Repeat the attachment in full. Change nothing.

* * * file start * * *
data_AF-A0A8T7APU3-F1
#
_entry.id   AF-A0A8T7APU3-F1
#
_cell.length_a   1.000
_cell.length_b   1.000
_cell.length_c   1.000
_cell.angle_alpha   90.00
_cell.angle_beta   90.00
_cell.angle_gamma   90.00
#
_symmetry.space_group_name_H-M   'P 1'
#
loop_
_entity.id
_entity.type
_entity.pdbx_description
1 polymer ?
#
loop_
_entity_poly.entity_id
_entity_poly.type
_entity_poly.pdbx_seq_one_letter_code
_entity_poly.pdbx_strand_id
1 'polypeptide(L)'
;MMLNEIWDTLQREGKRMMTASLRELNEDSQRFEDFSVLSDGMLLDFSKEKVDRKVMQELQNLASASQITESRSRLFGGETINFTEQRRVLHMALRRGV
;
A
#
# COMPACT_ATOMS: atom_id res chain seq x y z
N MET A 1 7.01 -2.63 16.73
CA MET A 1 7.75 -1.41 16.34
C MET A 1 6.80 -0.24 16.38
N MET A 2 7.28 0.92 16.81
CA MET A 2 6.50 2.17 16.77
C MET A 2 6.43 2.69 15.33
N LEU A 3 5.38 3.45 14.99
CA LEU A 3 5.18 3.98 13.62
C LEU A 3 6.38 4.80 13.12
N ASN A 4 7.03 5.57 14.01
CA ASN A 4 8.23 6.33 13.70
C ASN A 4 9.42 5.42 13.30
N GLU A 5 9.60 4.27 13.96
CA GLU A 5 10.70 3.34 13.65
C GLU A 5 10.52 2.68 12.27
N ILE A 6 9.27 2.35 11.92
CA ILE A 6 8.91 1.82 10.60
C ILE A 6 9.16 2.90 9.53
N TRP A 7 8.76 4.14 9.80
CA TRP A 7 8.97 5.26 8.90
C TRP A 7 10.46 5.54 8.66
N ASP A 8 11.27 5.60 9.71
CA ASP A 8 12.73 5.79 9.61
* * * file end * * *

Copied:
data_AF-A0A8T7APU3-F1
#
_entry.id   AF-A0A8T7APU3-F1
#
_cell.length_a   1.000
_cell.length_b   1.000
_cell.length_c   1.000
_cell.angle_alpha   90.00
_cell.angle_beta   90.00
_cell.angle_gamma   90.00
#
_symmetry.space_group_name_H-M   'P 1'
#
loop_
_entity.id
_entity.type
_entity.pdbx_description
1 polymer ?
#
loop_
_entity_poly.entity_id
_entity_poly.type
_entity_poly.pdbx_seq_one_letter_code
_entity_poly.pdbx_strand_id
1 'polypeptide(L)'
;MMLNEIWDTLQREGKRMMTASLRELNEDSQRFEDFSVLSDGMLLDFSKEKVDRKVMQELQNLASASQITESRSRLFGGETINFTEQRRVLHMALRRGV
;
A
#
# COMPACT_ATOMS: atom_id res chain seq x y z
N MET A 1 7.01 -2.63 16.73
CA MET A 1 7.75 -1.41 16.34
C MET A 1 6.80 -0.24 16.38
N MET A 2 7.28 0.92 16.81
CA MET A 2 6.50 2.17 16.77
C MET A 2 6.43 2.69 15.33
N LEU A 3 5.38 3.45 14.99
CA LEU A 3 5.18 3.98 13.62
C LEU A 3 6.38 4.80 13.12
N ASN A 4 7.03 5.57 14.01
CA ASN A 4 8.23 6.33 13.70
C ASN A 4 9.42 5.42 13.30
N GLU A 5 9.60 4.27 13.96
CA GLU A 5 10.70 3.34 13.65
C GLU A 5 10.52 2.68 12.27
N ILE A 6 9.27 2.35 11.92
CA ILE A 6 8.91 1.82 10.60
C ILE A 6 9.16 2.90 9.53
N TRP A 7 8.76 4.14 9.80
CA TRP A 7 8.97 5.26 8.90
C TRP A 7 10.46 5.54 8.66
N ASP A 8 11.27 5.60 9.71
CA ASP A 8 12.73 5.79 9.61